This strikes me as the ultimate aim of a critical thinker. Being a logical thinker is easy, as is (for anyone with sufficient will and a passing intellect) the skill of debating and argumentation. But the ability to relax the native urge to narrow one’s awareness and attention down to a single point - to instead work daily to explore the whole of all experience, that strikes me as the true method for intelligently exploring the world. Nothing is ever as simple as “it started with the brush stroke” and to look at and appreciate the finished painting requires at least some understanding and appreciation for the whole history of the art of painting, as well as the history of the painter and their efforts to produce the work of art before you. Not to mention the fact that there is, in life, never a point where something becomes truly “finished” - there will always be new movement, more history, new skills; new paintings are constantly being made, and old ones are randomly painted over to save on the cost of canvas.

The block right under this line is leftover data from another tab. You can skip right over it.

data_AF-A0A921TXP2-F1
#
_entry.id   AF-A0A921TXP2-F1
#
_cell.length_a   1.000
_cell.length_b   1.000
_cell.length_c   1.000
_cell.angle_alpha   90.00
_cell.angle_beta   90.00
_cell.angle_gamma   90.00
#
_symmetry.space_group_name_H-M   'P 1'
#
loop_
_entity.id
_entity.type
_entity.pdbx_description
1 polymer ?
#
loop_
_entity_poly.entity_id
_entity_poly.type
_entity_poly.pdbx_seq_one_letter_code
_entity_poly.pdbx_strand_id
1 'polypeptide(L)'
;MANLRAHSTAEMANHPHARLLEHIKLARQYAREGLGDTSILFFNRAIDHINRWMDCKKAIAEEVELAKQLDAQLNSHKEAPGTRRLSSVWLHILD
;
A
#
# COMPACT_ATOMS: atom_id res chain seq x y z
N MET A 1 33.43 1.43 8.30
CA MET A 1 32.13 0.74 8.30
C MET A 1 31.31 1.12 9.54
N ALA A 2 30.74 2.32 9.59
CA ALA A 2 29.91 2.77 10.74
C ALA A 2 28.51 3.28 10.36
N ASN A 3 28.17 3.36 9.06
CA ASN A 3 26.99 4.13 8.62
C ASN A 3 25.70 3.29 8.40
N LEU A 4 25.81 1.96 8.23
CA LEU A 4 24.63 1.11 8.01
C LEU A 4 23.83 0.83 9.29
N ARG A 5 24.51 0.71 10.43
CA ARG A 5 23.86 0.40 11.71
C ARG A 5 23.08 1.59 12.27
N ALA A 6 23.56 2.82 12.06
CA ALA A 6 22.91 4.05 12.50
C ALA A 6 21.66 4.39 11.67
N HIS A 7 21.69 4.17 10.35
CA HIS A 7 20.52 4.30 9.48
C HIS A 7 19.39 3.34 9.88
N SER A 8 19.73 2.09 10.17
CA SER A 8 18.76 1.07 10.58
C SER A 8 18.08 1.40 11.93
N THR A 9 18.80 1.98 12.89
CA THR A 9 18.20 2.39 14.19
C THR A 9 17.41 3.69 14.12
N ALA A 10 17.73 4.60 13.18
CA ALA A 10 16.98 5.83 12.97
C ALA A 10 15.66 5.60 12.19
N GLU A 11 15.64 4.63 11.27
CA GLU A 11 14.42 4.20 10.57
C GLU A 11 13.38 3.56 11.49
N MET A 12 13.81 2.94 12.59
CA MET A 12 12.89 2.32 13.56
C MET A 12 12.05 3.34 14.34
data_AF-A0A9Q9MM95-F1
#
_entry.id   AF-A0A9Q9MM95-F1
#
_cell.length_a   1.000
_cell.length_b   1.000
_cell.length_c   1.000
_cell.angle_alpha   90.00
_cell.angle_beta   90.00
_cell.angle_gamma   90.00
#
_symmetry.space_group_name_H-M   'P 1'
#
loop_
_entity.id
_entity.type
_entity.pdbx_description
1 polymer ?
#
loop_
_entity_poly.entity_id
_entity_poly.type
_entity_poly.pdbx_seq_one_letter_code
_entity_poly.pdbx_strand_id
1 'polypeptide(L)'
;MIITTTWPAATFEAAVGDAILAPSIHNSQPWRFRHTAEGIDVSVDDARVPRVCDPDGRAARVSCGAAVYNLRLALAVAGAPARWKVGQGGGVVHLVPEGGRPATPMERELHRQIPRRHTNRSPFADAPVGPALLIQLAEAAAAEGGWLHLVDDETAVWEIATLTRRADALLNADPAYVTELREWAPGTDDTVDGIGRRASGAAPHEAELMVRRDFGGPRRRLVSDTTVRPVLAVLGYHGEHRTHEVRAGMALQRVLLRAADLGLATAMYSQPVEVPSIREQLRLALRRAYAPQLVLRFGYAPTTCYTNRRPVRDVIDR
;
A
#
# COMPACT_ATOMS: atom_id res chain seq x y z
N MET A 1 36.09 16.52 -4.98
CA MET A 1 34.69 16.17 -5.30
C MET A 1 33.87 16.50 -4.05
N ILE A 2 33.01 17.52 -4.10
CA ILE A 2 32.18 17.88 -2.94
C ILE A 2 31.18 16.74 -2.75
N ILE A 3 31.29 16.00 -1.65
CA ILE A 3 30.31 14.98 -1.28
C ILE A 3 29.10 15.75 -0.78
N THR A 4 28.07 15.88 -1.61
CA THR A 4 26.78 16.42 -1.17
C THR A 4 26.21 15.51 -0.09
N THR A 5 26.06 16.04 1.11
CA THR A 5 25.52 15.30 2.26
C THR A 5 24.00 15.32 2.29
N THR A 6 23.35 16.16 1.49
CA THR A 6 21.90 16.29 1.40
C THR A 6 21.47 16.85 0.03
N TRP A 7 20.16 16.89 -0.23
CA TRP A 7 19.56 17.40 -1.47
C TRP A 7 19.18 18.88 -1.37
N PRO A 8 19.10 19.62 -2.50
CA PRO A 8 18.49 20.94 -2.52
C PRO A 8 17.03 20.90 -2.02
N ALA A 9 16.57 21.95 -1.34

Have I worked that metaphor to death yet?
As Koestler says, the author must “locate his work within a geometrical coordinate system, the axes of which are represented by the dominating facts, ideas, and tendencies of his time.” [Koestler 33]
I shall wrap up there for now, [shamefully] without following through on a return to the core subject of Koestler’s essay - the nature and importance of the writer within society. While fascinating, I believe that I’ve exhausted at present my (admitedly already limited) reservoir of post-midnight intellectualism. Perhaps I shall return at some point and move on with a more detailed reading, but for now I have achieved my goal.
I withdraw my telescope, and prepare to close the blinds.